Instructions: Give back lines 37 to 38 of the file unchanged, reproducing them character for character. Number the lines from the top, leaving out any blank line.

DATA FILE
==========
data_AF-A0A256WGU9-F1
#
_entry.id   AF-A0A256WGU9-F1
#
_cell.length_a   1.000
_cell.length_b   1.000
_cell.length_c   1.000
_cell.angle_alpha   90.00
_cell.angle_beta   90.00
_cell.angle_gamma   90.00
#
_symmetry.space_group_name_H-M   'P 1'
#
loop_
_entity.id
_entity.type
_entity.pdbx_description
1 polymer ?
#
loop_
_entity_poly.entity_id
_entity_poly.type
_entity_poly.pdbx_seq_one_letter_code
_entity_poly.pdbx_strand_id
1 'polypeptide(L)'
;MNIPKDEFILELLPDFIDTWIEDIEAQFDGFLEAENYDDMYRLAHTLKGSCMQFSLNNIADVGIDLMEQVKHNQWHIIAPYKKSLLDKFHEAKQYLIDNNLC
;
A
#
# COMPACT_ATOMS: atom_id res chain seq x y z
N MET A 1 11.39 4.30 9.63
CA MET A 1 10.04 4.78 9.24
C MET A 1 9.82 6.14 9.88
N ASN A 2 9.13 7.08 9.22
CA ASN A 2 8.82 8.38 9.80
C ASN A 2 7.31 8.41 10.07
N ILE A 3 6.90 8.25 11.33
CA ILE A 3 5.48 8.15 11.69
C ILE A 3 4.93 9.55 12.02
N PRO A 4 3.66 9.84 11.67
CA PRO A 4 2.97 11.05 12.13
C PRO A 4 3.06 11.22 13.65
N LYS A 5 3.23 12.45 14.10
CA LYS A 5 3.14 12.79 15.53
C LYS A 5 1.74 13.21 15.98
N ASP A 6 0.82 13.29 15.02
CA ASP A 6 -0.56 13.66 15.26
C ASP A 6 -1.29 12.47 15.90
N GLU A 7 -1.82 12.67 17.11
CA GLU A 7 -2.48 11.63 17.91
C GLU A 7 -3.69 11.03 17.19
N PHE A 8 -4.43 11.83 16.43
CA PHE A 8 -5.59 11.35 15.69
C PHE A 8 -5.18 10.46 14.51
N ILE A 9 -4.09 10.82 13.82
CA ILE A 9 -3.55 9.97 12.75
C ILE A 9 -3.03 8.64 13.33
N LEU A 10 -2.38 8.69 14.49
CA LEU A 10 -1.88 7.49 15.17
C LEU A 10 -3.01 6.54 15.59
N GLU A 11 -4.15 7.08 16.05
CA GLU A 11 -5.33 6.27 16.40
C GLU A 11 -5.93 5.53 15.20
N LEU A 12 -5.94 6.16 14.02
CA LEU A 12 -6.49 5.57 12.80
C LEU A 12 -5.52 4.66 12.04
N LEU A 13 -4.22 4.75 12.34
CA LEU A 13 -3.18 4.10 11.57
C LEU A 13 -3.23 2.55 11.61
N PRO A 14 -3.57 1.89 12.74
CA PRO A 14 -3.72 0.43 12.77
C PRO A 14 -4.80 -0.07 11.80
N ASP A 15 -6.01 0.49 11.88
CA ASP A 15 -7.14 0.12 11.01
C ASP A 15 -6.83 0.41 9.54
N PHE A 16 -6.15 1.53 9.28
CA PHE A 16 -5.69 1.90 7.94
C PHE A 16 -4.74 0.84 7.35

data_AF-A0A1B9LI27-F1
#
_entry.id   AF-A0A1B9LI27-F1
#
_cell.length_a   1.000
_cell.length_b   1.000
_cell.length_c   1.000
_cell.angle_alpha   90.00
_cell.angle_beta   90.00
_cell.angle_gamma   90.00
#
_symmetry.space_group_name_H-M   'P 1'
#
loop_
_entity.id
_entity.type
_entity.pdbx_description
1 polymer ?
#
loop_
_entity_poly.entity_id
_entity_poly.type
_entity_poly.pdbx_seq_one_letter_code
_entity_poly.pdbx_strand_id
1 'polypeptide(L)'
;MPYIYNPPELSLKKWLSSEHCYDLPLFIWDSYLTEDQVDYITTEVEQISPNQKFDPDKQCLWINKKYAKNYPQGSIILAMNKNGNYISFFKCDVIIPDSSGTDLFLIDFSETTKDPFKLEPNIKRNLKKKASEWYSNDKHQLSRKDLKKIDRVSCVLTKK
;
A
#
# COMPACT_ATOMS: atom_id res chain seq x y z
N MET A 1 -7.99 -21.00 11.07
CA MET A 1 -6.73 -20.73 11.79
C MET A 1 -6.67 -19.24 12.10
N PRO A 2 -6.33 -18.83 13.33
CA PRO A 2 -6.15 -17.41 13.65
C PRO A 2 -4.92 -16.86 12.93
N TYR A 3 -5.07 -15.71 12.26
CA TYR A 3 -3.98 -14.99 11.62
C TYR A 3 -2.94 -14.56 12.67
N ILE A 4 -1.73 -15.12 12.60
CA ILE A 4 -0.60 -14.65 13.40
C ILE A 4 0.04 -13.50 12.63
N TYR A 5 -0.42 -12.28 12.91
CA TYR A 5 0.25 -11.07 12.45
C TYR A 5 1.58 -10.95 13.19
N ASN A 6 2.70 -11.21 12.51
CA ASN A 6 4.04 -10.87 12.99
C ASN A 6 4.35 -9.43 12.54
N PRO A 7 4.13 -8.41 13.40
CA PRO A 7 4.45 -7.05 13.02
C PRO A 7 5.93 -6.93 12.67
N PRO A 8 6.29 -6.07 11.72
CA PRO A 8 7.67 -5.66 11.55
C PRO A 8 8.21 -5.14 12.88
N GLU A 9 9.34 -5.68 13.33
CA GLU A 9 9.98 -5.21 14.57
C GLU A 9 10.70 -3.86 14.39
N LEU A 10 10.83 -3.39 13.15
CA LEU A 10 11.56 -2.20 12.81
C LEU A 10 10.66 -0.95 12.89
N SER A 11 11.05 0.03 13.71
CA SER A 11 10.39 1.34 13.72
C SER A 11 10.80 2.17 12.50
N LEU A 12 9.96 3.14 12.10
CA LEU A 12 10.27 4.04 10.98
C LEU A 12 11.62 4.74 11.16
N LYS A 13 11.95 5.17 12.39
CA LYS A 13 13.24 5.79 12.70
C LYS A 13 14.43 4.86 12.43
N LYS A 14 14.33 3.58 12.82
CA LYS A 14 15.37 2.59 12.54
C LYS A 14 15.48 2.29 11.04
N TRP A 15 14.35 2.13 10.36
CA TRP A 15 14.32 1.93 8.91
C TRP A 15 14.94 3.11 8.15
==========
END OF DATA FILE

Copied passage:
N ILE A 3 6.90 8.25 11.33
CA ILE A 3 5.48 8.15 11.69